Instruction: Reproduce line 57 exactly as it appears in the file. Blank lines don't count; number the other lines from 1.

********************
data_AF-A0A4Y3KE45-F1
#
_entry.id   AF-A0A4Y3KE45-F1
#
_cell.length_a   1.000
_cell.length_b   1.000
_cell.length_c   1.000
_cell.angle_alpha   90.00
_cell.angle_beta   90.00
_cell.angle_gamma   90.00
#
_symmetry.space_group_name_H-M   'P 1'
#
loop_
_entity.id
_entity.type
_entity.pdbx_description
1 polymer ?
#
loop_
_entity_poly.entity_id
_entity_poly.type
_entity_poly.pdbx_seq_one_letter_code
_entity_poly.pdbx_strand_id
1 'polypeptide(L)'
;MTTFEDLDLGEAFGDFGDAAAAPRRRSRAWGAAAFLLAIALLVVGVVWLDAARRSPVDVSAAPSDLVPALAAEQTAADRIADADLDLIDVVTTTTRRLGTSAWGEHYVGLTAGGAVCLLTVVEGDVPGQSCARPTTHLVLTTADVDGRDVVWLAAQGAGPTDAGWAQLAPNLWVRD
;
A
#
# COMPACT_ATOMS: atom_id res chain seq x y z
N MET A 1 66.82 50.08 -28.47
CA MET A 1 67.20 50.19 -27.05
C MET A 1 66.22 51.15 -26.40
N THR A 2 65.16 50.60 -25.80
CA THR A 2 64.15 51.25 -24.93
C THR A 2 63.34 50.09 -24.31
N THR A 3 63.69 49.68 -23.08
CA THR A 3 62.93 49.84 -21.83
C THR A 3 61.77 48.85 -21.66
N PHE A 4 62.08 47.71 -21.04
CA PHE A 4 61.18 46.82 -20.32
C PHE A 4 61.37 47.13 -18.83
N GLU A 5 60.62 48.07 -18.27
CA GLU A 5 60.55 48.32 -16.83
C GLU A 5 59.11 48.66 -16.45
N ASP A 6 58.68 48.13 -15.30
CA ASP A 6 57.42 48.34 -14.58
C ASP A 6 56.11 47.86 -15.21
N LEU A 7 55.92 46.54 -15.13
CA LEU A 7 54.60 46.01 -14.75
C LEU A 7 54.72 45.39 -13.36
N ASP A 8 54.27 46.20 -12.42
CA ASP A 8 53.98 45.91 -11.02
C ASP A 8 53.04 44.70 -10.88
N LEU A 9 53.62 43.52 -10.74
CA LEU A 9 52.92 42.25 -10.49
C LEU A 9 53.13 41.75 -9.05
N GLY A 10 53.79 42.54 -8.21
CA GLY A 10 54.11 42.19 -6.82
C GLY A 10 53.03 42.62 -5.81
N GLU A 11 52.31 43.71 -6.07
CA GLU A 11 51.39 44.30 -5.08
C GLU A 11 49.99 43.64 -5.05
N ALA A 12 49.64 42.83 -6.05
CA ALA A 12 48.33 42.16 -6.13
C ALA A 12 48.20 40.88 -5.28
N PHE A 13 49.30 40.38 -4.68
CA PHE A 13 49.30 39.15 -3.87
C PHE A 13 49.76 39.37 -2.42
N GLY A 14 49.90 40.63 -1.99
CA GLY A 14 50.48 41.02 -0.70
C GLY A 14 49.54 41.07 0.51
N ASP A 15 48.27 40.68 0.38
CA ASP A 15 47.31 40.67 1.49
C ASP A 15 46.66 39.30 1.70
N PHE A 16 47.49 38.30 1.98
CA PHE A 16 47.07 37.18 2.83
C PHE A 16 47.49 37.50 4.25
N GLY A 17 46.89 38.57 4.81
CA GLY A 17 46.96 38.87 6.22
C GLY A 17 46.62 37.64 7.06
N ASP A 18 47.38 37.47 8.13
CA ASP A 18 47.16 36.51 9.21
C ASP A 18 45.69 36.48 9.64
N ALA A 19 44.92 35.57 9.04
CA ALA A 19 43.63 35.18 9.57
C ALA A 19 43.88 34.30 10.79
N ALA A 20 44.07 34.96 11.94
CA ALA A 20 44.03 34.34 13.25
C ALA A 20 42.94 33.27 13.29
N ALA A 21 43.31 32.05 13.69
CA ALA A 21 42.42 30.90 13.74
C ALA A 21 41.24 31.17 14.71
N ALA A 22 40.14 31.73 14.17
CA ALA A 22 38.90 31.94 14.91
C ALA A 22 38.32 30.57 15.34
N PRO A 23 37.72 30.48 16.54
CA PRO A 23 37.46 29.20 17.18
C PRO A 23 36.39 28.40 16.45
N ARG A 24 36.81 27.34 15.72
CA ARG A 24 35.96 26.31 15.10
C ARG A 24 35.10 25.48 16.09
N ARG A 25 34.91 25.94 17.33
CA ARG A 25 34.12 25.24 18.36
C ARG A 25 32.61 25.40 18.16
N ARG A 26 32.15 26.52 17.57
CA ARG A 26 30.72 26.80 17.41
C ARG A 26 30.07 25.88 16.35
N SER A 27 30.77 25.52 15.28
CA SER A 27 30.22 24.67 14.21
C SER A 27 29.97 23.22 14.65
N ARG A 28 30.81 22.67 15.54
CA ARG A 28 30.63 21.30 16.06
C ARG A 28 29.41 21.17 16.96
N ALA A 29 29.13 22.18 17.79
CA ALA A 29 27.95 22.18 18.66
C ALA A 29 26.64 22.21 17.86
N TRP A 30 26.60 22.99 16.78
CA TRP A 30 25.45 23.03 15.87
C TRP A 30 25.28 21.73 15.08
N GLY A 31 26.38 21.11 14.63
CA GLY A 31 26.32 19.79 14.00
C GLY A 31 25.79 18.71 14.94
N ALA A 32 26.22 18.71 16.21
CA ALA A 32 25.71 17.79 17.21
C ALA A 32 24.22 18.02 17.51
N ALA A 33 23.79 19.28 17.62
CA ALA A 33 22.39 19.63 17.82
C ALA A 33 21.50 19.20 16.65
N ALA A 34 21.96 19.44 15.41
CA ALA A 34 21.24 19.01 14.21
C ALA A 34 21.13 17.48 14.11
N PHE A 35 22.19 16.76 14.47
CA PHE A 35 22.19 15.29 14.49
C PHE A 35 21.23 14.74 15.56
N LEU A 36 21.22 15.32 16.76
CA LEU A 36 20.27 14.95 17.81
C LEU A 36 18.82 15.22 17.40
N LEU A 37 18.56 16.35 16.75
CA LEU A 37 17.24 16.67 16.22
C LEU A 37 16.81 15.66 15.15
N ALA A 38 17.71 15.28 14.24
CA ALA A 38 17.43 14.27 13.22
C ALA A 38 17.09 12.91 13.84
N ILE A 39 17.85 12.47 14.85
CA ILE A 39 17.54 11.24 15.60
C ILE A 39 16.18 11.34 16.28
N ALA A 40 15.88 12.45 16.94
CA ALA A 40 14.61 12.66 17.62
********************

C LEU A 9 53.13 41.75 -9.05